Authors: Neil Powell, Thao Do, Steven Bachelder, Sirkka Tattari, Jari Koskiaho, Turo Hjerppe, Sari Väisänen, Marek Giełczewski, Mikołaj Piniewski & Marta Księżniak.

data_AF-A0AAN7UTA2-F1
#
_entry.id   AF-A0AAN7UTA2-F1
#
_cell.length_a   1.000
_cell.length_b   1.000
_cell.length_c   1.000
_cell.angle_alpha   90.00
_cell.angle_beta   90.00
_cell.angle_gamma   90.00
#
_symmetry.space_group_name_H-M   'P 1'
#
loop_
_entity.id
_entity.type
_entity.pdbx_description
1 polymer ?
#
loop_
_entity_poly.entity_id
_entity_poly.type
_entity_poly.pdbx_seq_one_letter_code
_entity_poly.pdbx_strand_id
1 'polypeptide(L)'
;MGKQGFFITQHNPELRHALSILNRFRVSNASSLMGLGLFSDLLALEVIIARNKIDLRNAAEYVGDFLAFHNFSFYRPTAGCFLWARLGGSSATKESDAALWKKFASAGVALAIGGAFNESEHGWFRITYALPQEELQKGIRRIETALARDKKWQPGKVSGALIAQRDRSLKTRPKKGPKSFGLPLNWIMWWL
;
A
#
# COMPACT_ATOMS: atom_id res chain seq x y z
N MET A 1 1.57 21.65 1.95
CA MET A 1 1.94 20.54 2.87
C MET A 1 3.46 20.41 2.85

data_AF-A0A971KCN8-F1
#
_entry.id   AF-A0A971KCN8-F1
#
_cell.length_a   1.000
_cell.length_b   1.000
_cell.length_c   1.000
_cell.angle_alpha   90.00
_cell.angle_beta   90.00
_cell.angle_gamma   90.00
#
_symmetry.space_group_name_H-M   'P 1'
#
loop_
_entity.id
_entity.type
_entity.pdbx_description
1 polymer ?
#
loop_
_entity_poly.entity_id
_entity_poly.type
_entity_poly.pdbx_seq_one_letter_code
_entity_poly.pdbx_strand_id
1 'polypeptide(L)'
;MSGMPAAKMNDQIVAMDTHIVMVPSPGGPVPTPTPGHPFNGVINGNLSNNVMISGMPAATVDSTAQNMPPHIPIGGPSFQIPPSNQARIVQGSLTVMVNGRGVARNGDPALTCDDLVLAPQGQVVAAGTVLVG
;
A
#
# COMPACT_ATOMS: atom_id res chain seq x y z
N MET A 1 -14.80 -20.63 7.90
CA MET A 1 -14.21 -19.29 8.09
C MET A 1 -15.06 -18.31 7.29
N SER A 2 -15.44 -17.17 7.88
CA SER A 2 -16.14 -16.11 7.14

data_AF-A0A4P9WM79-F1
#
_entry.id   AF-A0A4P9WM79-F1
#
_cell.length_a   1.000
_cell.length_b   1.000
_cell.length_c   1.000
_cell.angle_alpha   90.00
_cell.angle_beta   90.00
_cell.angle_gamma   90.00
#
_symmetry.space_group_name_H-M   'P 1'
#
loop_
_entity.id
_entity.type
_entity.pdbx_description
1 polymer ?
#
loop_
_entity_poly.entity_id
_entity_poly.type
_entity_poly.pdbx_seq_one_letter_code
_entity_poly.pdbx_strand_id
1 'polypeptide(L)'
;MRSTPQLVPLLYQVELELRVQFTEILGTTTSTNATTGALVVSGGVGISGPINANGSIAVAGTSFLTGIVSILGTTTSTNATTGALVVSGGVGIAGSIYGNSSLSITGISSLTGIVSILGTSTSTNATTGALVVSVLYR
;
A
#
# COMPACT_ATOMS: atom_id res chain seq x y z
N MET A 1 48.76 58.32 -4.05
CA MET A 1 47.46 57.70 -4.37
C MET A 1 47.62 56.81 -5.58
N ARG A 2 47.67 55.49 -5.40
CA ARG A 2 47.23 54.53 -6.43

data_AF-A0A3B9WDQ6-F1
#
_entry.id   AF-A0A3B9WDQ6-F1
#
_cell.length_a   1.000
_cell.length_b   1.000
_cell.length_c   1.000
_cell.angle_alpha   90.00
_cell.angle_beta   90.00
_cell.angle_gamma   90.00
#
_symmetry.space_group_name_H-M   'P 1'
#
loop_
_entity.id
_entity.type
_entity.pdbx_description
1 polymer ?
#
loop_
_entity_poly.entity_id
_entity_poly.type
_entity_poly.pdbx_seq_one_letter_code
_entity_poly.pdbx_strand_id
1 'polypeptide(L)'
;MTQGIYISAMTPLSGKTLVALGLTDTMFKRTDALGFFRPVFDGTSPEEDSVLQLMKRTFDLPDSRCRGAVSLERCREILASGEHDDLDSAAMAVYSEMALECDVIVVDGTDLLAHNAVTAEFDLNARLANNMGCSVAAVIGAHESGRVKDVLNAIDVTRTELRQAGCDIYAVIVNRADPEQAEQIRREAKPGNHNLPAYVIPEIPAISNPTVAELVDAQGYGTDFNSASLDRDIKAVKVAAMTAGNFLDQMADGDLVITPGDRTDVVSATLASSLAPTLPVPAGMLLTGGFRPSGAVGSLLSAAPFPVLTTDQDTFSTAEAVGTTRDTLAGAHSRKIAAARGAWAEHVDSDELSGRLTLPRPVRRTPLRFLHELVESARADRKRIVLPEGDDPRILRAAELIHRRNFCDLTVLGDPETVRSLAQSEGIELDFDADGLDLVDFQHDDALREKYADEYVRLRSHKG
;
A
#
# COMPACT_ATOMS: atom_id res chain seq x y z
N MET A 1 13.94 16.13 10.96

Science-informed, reductionist policy has systematically failed to address wicked situations. Such situations are highly interconnected and unpredictable. As a consequence, the implementation of so-called desirable interventions can lead to the export of vulnerabilities within and across different societal domains, sectors, intersections and scales. Systemic practice is an emerging field, and highlights the need to enrich scientific inquiry and policy actions through action learning with an “extended peer community” as a means to navigate wicked situations. In this paper, we report on the potential of game co-design as a systemic practice to improve the situation of Baltic Sea nutrient enrichment. Findings from water catchments in Finland, Sweden and Poland suggest that the co-design of serious games can both enhance the comprehension of wicked situations, and foster self-organized concerted action without imposing a convergence of perspectives amongst diverse stakeholders.